Revealing how cohesin attaches to the DNA and forms loops

Ana Losada, a scientist at the Spanish National Cancer Research Centre (CNIO) and then at the Cold Spring Harbor Laboratory (New York, USA), identified cohesin, a protein essential to the process of cell division, in Xenopus frogs at the end of the 1990s.

Revealing how cohesin attaches to the DNA and forms loops
From left to right: standing, Ana Cuadrado, Dácil Alonso-Gil (first author of the paper), and Miriam Rodríguez. Seated, Ana Losada (CNIO Chromosome Dynamics group leader) and Daniel Giménez / Laura M. Lombardía. CNIO. Image Credit: Spanish National Cancer Research Centre.

Over the next few years, it became obvious that cohesin is responsible for not just one, but numerous essential cell functions, including the folding of DNA into loops. Because the DNA inside each cell is many meters long (if measured linearly), it must be folded to fit inside the cell nucleus; this folding is significant in and of itself because the spatial arrangement of DNA loops has been proven to affect how genetic information is interpreted.

In short, cohesin research is presently a very active area of study. Losada, the head of CNIO’s Chromosome Dynamics Group, continues to lead the field. Her new research elucidates a significant point about how cohesin connects to DNA and moves around the molecule, generating loops.

Their findings, published in the journal Nature Communications, will help better understand the disease Cornelia de Lange syndrome.

One ring to organize the genome

A metaphor for cohesin in action could be a ring that captures two segments of a DNA strand to form a tiny loop that grows in length as the ring travels. The ring is cohesin.

With its particular ring shape, this protein embraces the DNA, and in doing so it can do two jobs. One is to hold together the two copies of each chromosome that the cell creates before cell division takes place, and the other is to facilitate the folding of the genome into loops of DNA, allowing these long strands to fit into a tiny container like the nucleus of a cell.”

Ana Losada, Head, Chromosome Dynamics Group, Spanish National Cancer Research Centre

The cohesin binds to the DNA at a specific location on the chromosome and moves in a way that forms progressively longer loops until it either releases the DNA or an impediment stops it and temporarily stabilizes it. These loops organize the genetic material within the nucleus and allow communication between distant chromosomal regions, such as genes and their regulatory components.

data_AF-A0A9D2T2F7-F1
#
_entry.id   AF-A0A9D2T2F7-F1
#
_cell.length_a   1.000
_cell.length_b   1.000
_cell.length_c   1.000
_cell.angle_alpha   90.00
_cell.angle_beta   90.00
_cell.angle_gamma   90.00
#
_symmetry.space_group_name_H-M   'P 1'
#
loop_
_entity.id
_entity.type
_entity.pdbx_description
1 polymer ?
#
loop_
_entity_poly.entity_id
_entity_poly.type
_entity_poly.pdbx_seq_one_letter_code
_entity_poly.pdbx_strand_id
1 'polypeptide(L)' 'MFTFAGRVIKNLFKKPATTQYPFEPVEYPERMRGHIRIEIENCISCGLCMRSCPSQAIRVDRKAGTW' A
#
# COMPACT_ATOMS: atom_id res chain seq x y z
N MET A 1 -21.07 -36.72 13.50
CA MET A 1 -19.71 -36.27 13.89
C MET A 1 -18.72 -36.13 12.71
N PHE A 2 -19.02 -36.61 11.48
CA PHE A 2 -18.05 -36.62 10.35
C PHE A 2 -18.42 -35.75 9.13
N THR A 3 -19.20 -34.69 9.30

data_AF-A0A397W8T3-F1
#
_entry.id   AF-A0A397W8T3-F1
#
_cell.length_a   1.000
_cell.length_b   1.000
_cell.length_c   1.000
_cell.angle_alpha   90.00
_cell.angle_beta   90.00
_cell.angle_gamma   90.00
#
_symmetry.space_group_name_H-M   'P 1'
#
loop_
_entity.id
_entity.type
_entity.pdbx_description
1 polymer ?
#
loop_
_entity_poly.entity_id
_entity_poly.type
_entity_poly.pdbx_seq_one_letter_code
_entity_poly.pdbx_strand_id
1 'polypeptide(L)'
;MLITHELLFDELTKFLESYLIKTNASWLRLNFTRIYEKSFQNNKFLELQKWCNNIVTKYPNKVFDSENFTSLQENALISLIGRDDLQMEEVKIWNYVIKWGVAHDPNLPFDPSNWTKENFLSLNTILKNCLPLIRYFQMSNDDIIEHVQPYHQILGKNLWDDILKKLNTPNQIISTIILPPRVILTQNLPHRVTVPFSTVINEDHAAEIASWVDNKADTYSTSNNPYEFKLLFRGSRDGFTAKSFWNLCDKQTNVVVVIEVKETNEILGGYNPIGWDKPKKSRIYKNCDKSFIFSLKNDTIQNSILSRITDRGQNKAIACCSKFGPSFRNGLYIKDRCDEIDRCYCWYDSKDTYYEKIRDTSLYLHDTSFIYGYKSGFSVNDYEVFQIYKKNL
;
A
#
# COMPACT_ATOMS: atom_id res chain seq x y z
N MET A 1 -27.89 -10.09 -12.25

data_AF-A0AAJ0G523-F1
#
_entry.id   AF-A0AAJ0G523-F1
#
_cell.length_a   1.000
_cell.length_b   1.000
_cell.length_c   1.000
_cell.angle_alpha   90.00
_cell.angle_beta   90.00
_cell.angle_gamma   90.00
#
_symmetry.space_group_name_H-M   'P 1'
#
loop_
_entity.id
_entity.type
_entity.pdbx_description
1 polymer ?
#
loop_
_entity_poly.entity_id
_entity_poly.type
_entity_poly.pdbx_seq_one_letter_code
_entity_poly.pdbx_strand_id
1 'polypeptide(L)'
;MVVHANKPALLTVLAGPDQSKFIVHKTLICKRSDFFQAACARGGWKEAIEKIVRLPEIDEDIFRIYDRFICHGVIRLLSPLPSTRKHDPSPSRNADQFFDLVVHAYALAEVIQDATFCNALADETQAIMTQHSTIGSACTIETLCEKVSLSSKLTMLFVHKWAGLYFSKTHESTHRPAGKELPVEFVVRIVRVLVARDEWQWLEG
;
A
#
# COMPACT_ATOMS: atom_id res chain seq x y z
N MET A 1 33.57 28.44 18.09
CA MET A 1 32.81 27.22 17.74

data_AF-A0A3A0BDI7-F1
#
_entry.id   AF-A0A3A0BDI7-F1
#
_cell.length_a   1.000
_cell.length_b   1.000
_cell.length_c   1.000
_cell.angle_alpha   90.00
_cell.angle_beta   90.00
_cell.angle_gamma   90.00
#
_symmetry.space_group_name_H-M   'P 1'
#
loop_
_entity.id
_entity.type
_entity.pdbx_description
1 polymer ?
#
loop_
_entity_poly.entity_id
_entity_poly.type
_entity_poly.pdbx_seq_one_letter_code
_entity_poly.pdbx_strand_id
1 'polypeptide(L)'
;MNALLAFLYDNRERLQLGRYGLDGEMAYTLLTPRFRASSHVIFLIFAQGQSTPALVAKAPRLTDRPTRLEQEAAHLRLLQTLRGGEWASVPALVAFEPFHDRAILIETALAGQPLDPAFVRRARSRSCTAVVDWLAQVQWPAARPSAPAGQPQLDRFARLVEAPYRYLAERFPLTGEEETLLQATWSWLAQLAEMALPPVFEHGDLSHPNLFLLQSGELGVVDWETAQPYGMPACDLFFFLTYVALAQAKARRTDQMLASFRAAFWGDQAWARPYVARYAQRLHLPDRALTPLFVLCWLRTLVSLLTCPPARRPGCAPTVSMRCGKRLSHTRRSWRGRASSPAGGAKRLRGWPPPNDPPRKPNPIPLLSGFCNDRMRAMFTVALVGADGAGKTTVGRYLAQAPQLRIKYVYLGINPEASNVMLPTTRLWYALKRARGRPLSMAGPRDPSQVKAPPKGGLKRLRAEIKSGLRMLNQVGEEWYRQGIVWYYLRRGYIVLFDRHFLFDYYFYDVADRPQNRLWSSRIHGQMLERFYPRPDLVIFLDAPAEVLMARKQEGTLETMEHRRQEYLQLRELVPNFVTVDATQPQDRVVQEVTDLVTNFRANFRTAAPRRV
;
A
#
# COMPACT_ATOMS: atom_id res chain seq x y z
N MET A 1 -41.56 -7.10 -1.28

The new research focuses on NIPBL, a protein previously considered to be required to connect cohesin to DNA and drive it as it passes through the genome. The CNIO staff is now convinced that this is not the case.

There has been consensus among the research community that NIPBL is necessary to attach cohesin to DNA, and that it also helps it to move along the genome. Our results suggest that the former may not be true.”

Dácil Alonso, Study First Author, Spanish National Cancer Research Centre

The recently published study demonstrated that the NIPBL protein is only required for cohesin to move and form DNA loops, not to bind to the DNA.

Cohesin and Cornelia de Lange syndrome

This new model could help researchers better understand Cornelia de Lange syndrome, a hereditary condition that affects one out of every 10,000 to 30,000 children born worldwide and causes significant physical and cognitive impairment.

Although it is unknown why there are two types of cohesin in vertebrate cells—STAG1 cohesin and STAG2 cohesin. The CNIO team investigated whether the absence of NIPBL in the cell affects the two forms of cohesin in the same way, and discovered that it did not. The STAG1 version was minimally affected by eliminating up to 85 % of NIPBL from the cells, but the STAG2 version almost faded away from the genome.

Given that the majority of Cornelia de Lange syndrome patients had a defective NIPBL gene, the current study “suggests that the cohesin most affected in them will be STAG2,” details Ana Losada. “However, we are still a long way from understanding this complex disease.”

Journal reference:

Alonso-Gil, D., et al. (2023). Different NIPBL requirements of cohesin-STAG1 and cohesin-STAG2. Nature Communications.


The opinions expressed here are the views of the writer and do not necessarily reflect the views and opinions of AZoLifeSciences.
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